It was the same over Upper Lake Mary. I debated whether to change my plans and shoot photographs of the fog over this lake but after viewing the scene I chose to continue to the Mormon Lake Overlook. As I approached the overlook, I could see a layer of fog. Luckily, the overlook was just high enough to be above the fog.

It was a beautiful scene with a shallow layer of fog covering the lake bed and snow on the distant San Francisco Peaks.

San Francisco Peaks as seen from the Mormon Lake Overlook.
San Francisco Peaks as seen from the Mormon Lake Overlook.

After getting a few quick photos I set about to capture a panorama. I shot 12 images: 2 rows of 6 shots. The resulting image is huge and clocks in around 190 megapixels. I can make a print of this that’s 8 feet wide. But I probably won’t because I don’t have a wall large enough for something that big.

It was obvious that sometime during the night the fog layer was much deeper as all the grasses, bushes, and trees were covered with rime ice.

Rime ice coats the grasses and bushes.
Rime ice coats the grasses and bushes.
Rime ice coats the grasses and bushes.
Rime ice coats the grasses and bushes.

The rime created needles that pointed in the direction of the light wind that had been present during formation. As the sun rose above the horizon, the rime caught the light and sparkled brilliantly.

A glory and a small segment of a fog bow are visible on the fog layer.
A glory and a small segment of a fog bow are visible on the fog layer.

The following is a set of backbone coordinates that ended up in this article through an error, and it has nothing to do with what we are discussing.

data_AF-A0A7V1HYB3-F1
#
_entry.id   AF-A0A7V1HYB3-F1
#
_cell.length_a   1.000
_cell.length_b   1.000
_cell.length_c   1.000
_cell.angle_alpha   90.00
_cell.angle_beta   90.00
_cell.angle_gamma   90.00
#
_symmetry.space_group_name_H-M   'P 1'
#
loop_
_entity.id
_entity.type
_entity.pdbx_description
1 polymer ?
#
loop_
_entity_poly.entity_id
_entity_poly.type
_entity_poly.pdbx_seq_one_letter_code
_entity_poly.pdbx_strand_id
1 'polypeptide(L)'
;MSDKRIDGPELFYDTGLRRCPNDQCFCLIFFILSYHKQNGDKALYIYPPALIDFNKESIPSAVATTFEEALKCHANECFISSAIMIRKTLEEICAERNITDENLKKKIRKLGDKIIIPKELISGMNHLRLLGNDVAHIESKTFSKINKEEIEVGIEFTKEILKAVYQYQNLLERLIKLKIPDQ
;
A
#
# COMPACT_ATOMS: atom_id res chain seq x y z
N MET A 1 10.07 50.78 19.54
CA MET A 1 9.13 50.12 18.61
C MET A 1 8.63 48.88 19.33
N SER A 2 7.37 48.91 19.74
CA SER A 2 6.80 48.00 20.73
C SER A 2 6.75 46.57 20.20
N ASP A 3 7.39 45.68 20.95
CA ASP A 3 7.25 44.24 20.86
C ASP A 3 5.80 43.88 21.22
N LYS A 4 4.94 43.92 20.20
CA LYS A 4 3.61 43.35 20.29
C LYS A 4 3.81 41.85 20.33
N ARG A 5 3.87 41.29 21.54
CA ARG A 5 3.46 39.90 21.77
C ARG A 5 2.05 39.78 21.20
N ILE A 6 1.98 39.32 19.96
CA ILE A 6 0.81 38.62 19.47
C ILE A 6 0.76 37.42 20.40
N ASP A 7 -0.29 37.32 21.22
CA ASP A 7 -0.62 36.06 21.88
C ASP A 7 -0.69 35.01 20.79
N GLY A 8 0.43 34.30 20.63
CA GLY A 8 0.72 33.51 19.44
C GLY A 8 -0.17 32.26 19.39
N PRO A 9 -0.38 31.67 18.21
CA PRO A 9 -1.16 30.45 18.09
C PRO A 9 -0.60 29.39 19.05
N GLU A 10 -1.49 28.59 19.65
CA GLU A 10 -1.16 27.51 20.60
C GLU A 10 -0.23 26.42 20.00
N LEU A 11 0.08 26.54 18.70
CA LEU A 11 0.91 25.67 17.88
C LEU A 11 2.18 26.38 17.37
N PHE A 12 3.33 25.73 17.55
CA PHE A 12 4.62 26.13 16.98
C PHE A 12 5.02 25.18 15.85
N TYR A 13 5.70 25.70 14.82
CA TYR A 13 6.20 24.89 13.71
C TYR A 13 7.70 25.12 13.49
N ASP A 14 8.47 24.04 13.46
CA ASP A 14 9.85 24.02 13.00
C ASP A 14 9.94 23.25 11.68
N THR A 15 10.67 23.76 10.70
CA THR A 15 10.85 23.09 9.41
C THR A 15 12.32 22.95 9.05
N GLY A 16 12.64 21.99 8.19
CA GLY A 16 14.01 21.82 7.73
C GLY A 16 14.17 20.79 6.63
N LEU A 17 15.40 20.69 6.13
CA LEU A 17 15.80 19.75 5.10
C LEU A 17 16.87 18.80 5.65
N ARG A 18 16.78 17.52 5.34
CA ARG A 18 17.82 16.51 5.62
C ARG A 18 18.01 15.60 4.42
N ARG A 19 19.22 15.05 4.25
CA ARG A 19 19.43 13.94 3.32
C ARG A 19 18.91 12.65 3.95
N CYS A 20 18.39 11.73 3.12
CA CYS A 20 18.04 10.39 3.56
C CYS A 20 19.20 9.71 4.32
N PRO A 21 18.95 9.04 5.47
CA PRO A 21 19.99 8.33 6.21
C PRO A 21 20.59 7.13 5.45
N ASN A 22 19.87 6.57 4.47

So we had fog over the lake bed, snow on the mountain, and rime ice on the grasses. What else? Well, a glory became visible as the sun rose high enough to illuminate the fog layer below me. And a short segment of a fog bow was also visible in the fog layer.

Not a bad day for photography.

And, finally, we have some weather

It has been a very dry autumn and early winter around these parts—but that finally changed as a winter storm moved across the area yesterday and today. On Tuesday afternoon clouds began to increase across the area and there was a cap cloud draped across the San Francisco Peaks.

Clouds cover the San Francisco Peaks as a winter storm approaches Arizona.
Clouds cover the San Francisco Peaks as a winter storm approaches Arizona.

Most, but not all, of Arizona received precipitation including Flagstaff. We have been without any significant precipitation since September 27 when 0.07″ of rain fell. Since then, we’ve had 0.01″ on November 17 and a Trace on December 21. That’s it. It’s been the driest period on record and the second latest first snowfall of the season. And it’s been warm.

Water vapor satellite image of the winter storm approaching Arizona.
Water vapor satellite image of the winter storm approaching Arizona.

Rain began to fall around 7:30 P.M. Tuesday evening then switched to snow around 10:15 P.M. as the cold front moved across the area. Prior to frontal passage we had several rounds of thunderstorms. At least one of these thunderstorms exhibited extreme right-mover characteristics as well as some weak rotation suggesting it may have been a supercell.  With this winter storm Flagstaff received ~5″ of snow and 1.19″ of total water.